Saturday, March 28, 2009

The first sea trials are over!

I finished up the dinghy, well not totally finished but good enough to take the boat for a test sail.

The day was rainy with not much wind. The boat was solid as a rock but a little tippy getting in and out, but once your in it your fine. The wind was poor so I really didn't get to sail.

I didn't rig the sail until we were on site, so first I had to cut lines for everything and setup all the rigging for the first time. I think I did pretty good but I didn't have the holes drilled into the mast, sprit, and boom like I needed to but I made things work with a little duct tape! Although it wasn't perfect it looked nice.

The boom was to low, the sail wasn't tight, the tiller was to long, the oars weren't finished, and the daggerboard trunk had a leak. No real major problems other than the leak but that can be fixed. I am just a little concerned if the leak allowed the plywood to get wet. I am thinking that it probably didn't because everything was coated with epoxy pretty well. Just my putty work around the daggerboard trunk wasn't exactly good looking.

It was really a great experience though, to be floating in a boat that I built myself, it was very rewarding. I even had a freind video tape some of it, check it out!

Also, I haven't mentioned it but, I have been recording the entire construction process and posting it on the internet. Here is the first video, follow THIS LINK to check out the rest of them!

Friday, March 20, 2009

Nearing Completion!!!!

The dinghy is coming along nicely!

As you can see, I have the seat tops cut out and installed! Now the boat is really coming together and it doesn't look like just a bunch of plywood.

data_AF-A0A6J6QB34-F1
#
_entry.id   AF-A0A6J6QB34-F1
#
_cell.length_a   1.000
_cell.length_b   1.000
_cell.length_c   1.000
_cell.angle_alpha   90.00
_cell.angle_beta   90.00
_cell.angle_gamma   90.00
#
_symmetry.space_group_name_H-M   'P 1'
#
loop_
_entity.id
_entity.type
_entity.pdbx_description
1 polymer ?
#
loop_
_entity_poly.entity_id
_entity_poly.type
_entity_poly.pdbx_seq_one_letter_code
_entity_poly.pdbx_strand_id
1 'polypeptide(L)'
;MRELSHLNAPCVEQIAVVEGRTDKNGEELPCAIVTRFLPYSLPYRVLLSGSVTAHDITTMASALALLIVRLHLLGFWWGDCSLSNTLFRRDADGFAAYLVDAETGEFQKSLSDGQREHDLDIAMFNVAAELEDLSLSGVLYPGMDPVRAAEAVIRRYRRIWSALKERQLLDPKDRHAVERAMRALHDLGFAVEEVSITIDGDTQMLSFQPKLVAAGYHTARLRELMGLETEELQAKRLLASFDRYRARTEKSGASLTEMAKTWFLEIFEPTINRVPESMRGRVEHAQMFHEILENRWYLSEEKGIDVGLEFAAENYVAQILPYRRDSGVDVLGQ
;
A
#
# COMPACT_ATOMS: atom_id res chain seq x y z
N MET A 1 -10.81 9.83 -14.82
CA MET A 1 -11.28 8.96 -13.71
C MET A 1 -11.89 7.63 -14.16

In order to install the seat tops I had to glue some cleats along the hull that would serve as supports for the seat tops. This was pretty easy, just had to make the marks, cut the blocks the mix some putty and stick them where they needed to go. I am really glad that the putty was sticky enough to hold the blocks in place so that I didn't have to worry about holding each one up while they dried. After they dried, I gave them all a good coat of epoxy.

I knew that cutting out the seat tops would be difficult because of the odd angles and the weird curves. So I went to Walmart and bought a few peices of posterboard to use as patterns. It didn't take me long to get the correct shape and cut out the seat tops. Once they were cut out I gave the underside of each seat two coats of epoxy so that I wouldn't have to coat the underside when they were installed on the boat.

Then I mixed up some more putty and just glued the tops in place, no big deal. I did have to put some heavy weights on top of the boards to hold them in place while the epoxy set up. (a vice and large chain work well for this)

I left a spot in the rear seat for a lid so that I could use that compartment for storage. I built the lid out of some scrap antique heart pine I had laying around from some of my furniture projects. It worked well and should look beautiful on the boat.

I also installed the mast step, it was no big deal....

The thing sure is coming along! I plan on being finished some time next week.

Saturday, March 14, 2009

Built the sail today!

I have been gone for a week, but it was on a cruise so I am not complaining! I needed some warm weather......

(I will post about the cruise later)

Anyways, I am hoping to have the dinghy finished before next weekend so that we can take it to the beach with us, I am so ready. Since my sewing skills are not very good, my mother and I stitched up a homemade sail today. It didn't take us very long, I would say 2 hours maybe a little longer.

The material is a painter's canvas dropcloth that I bought from Lowe's for pretty cheap, under $20 bucks. It's a light tan color so it looks traditional. The only thing I am worried about is that it isn't water proof or water resistant but it's the first sail and a "trail" one before I make one out of a better quality and more expensive material.